Once the spark was struck, during a recent holiday fire-safety-demonstration event, the flames fully engulfed and burnt a mid-size Christmas tree to a crisp within seconds. The demonstration was designed to educate residents while featuring the proper use of fire extinguishers, space heaters, the need of smoke and CO alarms, Christmas tree and holiday lights safety as well as cooking safely, including turkey frying.

Hibberts mentioned that fire prevention is a top priority for all fire departments. To better serve residents the region’s volunteer departments are always collaborating with a unified message to keep families safe throughout the holiday season and beyond.

“We are all in it together to protect the community,” Hibberts said.

Aside from burning candles, the use of the fireplace, or Christmas tree light decoration, fire danger often surrounds the kitchen. Officials are urging residents to never use oil or grease fryer in, or under, a garage, breezeway, carport, porch, deck or any other structure that can catch fire.

“Frying a turkey takes extra safety measures,” Hibberts said, adding, “Make sure that the turkey is completely thawed, and that the oil does not exceed the required temperature, which in most cases is about 350 degrees Fahrenheit.”

Keeping children and pets away from the cooking area was a visible tip, during the fire safety demonstration as the frozen bird was dropped into the overheated oil, which quickly fired back, literally. Christmas tree safety tips include the replacing of broken bulbs, damaged cords, adding water to the tree stand daily, not blocking any exit or entryways, as well as the setting up a tree at least three feet away from any heat source.

“One in three Christmas tree fires are caused by electrical problems,” Hibberts said, adding, “This should be the most festive time of the year, and we are working hard to make sure that it doesn’t end in tragedy.”

The second district volunteer fire department is hosting its biggest fundraiser of the year selling Christmas trees on US 421 across the Pioneer Village Plaza. Hibberts hoped to convey a reminder that area fire departments all operate voluntarily and function based on community support. The more the department is supported, the better the service they can offer.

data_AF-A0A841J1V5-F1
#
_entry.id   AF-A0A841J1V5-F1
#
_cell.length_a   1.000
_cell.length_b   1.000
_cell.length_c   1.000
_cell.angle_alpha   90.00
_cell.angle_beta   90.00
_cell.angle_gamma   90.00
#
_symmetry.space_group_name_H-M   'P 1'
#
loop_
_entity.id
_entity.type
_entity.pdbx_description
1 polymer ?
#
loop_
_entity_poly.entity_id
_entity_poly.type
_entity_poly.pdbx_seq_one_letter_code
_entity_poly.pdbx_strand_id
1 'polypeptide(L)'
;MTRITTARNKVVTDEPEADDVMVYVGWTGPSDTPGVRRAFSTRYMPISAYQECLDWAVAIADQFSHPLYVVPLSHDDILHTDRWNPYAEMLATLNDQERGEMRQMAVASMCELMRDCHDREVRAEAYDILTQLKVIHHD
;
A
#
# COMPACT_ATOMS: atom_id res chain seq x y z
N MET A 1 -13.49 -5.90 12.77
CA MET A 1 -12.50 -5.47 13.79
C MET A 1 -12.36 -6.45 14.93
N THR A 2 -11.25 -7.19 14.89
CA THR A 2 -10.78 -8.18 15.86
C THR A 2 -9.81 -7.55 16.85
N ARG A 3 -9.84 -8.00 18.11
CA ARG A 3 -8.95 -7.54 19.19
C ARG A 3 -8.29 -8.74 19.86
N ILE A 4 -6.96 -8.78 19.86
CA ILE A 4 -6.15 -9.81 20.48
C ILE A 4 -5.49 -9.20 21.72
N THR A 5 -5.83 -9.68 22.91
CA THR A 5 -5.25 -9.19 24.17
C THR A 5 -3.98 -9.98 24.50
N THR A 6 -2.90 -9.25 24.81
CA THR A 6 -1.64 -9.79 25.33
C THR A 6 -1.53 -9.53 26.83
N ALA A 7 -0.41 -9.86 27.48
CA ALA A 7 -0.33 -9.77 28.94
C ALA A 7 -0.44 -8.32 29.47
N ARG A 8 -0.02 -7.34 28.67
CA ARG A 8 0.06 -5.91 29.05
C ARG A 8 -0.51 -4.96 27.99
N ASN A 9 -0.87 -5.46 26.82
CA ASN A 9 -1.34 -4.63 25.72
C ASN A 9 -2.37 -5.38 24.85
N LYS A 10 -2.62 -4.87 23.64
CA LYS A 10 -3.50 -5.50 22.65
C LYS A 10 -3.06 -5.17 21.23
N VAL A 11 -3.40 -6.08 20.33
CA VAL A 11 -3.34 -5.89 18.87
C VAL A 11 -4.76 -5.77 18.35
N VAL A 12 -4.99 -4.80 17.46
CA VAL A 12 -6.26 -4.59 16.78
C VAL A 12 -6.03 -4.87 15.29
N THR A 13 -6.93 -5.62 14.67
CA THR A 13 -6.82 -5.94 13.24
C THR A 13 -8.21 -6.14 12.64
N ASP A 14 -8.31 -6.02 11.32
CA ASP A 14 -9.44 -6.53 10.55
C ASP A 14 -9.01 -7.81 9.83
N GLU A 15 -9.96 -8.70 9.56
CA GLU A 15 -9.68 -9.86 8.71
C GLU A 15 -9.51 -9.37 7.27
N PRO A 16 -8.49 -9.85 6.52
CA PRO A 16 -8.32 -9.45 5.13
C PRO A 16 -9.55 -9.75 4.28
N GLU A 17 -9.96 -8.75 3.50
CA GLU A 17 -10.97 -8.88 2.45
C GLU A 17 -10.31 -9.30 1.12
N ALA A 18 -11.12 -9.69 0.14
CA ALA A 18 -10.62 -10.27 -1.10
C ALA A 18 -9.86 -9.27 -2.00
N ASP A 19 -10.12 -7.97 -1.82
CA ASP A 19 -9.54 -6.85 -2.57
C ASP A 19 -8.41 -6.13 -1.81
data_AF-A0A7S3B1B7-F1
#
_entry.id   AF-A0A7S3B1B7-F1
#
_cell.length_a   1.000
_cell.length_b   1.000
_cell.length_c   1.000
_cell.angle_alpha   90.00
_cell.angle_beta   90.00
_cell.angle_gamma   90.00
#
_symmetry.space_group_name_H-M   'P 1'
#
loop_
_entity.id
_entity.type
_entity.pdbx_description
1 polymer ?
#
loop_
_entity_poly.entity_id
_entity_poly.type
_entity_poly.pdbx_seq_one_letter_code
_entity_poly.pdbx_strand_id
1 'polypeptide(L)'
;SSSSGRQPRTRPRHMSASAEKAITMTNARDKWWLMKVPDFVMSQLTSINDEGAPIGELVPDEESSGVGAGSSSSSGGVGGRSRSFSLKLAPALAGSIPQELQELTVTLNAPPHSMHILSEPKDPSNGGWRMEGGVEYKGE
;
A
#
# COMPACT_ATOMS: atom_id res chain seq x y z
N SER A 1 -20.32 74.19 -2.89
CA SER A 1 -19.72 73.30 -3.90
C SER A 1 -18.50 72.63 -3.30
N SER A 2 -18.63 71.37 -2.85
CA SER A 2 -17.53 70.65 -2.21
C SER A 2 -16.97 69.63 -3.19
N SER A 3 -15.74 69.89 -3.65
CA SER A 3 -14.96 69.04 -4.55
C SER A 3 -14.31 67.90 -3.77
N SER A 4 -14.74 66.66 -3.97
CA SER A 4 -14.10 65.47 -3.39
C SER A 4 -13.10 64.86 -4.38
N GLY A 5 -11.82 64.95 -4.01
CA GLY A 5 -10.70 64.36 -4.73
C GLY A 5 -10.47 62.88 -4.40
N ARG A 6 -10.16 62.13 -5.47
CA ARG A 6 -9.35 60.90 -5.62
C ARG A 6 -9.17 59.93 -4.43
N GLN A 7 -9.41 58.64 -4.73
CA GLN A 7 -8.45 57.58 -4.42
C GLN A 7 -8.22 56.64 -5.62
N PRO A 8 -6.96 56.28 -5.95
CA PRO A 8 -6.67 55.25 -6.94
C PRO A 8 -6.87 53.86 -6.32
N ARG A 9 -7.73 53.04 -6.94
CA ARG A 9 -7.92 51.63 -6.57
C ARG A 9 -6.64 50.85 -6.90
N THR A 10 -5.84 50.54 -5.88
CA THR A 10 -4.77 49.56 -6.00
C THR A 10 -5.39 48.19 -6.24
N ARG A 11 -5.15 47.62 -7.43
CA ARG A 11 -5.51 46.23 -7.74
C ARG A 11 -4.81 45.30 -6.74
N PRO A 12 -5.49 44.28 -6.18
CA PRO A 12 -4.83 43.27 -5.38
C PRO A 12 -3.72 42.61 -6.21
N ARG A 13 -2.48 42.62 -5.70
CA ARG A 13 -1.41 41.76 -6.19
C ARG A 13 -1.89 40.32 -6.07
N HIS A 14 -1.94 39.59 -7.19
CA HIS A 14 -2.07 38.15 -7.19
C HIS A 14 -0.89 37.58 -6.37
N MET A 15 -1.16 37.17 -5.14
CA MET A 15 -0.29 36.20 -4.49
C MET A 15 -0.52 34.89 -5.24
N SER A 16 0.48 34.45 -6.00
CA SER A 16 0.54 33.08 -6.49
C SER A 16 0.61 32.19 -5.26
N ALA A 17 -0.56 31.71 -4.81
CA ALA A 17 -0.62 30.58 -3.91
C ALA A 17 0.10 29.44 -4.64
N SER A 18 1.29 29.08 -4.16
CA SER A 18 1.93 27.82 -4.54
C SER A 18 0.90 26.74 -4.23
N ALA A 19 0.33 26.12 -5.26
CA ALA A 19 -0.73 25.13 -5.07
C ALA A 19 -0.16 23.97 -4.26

For a full list of safety tips, visit www.nfpa.org/safety-information/safety-tip-sheets.

Tenn Education Commissioner takes national non-profit post

November 28, 2018

Candice McQueen


By Tamas Mondovics

National Institute for Excellence in Teaching (NIET) names Dr. Candice McQueen as CEO Lowell Milken, chairman, and founder of the National Institute for Excellence in Teaching (NIET), recently announced that Tennessee Education Commissioner Dr. Candice McQueen was selected to serve as the organization’s new CEO. McQueen is not going far. According to the NIET release, as part of this transition, the non-profit organization will have a new base of operations located in Nashville, Tennessee.

“I will be leaving my role as commissioner in early January, and Gov. Haslam will name an interim commissioner soon,” McQueen said, adding that while she excited about this new opportunity, it is hard to leave her team. “Each of you is an incredible and needed leader in this work, whether you are supporting our assessment program, managing federal and state grants, creating new opportunities for students to prepare for college and careers, serving students who are in our most vulnerable populations, developing new tools and materials for educators, overseeing our finances and operations, or leading our school improvement work. You are laser-focused on doing the right thing for Tennessee’s students every single day – and I take heart in knowing you will continue this good work in the months and years to come. I look forward to continuing to support your work even as I move into this new role with NIET,” she said in a statement announcing her departure.

McQueen has served as Tennessee’s education commissioner for the past four years, during which time the state saw record high graduation rates, college-going rates, ACT scores, an increase in teacher support and leadership opportunities and salaries, and an expansive early education initiative to improve student reading proficiency in the state. At NIET, McQueen is said to lead a talented and diverse staff of educators, researchers and policy experts to further the organization’s mission of ensuring a highly skilled, strongly motivated, and competitively compensated teacher for every classroom in America.

“Candice McQueen understands that highly effective teachers can truly transform the lives of our children, our classrooms, our communities, and our future,” said NIET chairman and founder, Lowell Milken. “Dr. McQueen’s deep experience in developing and supporting great teachers and her proven leadership in working with so many state and local partners will enable us to expand and strengthen NIET’s work across the country.”

Prior to serving as Tennessee’s education commissioner, McQueen was first an award-winning teacher; then faculty member, department chair, and dean of Lipscomb University’s College of Education in Nashville.

“Serving as Tennessee’s commissioner of education while our state has made such historic gains in student achievement and college readiness has been an incredible privilege,” said McQueen. “But great learning always begins with great teaching. So I am excited for this opportunity to join NIET to build upon our lessons learned in Tennessee and serve teachers and students all across the nation.”